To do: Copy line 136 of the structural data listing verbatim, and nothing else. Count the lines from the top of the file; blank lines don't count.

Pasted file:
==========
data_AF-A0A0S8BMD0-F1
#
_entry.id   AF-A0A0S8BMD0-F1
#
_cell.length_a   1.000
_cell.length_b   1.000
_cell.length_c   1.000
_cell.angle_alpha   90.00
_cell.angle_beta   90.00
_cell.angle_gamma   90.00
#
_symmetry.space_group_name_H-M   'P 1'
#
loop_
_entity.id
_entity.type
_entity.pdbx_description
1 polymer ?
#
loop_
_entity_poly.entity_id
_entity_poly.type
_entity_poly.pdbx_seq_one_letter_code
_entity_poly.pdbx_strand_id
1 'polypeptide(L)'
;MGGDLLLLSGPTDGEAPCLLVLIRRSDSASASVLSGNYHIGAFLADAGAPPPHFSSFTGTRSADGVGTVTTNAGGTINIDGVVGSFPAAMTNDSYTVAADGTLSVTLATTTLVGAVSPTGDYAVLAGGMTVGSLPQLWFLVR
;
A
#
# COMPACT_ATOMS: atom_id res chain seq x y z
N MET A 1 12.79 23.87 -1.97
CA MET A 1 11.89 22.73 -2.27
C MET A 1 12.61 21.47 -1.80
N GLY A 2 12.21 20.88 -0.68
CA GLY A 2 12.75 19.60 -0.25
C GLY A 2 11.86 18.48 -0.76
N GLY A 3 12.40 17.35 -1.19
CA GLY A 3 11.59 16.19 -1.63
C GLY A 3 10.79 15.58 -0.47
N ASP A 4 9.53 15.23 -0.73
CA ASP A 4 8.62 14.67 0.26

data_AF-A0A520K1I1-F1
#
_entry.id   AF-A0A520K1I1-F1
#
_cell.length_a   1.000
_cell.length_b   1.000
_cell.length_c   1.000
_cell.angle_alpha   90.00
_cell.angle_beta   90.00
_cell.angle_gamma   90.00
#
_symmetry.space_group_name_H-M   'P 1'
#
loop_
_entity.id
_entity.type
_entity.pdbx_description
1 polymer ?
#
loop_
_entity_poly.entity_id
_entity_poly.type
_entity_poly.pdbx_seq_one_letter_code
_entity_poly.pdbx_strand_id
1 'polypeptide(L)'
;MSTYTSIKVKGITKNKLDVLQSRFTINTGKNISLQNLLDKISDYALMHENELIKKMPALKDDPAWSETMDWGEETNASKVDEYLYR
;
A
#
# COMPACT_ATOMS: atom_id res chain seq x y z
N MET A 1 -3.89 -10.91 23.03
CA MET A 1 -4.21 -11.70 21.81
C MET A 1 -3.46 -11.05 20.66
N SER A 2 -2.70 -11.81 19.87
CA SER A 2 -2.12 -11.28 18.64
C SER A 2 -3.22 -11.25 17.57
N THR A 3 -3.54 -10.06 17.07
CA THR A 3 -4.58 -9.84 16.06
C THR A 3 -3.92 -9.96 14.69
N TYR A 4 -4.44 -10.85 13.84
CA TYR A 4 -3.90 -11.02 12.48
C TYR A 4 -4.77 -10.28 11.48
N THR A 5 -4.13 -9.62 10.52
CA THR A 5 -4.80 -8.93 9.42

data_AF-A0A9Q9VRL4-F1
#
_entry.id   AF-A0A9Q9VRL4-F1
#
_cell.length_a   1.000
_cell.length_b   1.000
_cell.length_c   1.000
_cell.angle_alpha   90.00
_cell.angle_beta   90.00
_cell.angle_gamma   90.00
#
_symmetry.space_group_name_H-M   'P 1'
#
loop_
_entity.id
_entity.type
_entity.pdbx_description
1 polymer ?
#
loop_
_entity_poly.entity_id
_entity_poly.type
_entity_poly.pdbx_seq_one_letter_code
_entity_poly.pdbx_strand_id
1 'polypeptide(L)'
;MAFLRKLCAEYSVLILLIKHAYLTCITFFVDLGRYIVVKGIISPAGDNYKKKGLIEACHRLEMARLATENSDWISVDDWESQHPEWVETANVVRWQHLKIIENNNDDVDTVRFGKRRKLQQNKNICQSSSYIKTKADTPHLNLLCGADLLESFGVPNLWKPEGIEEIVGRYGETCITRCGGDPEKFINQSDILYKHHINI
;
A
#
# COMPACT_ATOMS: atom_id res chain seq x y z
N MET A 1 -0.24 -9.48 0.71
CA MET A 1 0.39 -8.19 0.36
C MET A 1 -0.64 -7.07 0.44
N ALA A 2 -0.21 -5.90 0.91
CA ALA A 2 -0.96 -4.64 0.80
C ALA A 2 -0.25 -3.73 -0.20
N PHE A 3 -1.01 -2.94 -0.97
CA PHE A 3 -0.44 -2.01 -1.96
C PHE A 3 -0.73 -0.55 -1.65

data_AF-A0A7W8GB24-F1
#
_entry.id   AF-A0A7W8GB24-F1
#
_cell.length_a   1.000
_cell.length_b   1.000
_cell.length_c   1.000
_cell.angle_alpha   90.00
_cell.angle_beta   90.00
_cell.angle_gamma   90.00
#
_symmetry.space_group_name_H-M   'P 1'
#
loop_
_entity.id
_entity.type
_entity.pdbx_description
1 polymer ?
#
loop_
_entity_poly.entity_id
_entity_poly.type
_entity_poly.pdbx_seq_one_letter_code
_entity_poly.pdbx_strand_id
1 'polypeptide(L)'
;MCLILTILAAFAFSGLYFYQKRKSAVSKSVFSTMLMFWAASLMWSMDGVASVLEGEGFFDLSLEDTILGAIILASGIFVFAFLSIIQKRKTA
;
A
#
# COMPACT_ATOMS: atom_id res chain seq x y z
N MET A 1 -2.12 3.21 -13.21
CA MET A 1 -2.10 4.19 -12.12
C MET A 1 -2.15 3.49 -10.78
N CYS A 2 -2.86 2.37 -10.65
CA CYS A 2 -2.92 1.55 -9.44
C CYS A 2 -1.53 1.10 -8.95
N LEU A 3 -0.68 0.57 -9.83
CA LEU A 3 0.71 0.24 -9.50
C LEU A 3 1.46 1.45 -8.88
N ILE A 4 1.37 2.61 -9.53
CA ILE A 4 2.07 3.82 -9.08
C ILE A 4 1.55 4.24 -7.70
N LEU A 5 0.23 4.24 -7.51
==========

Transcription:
_symmetry.space_group_name_H-M   'P 1'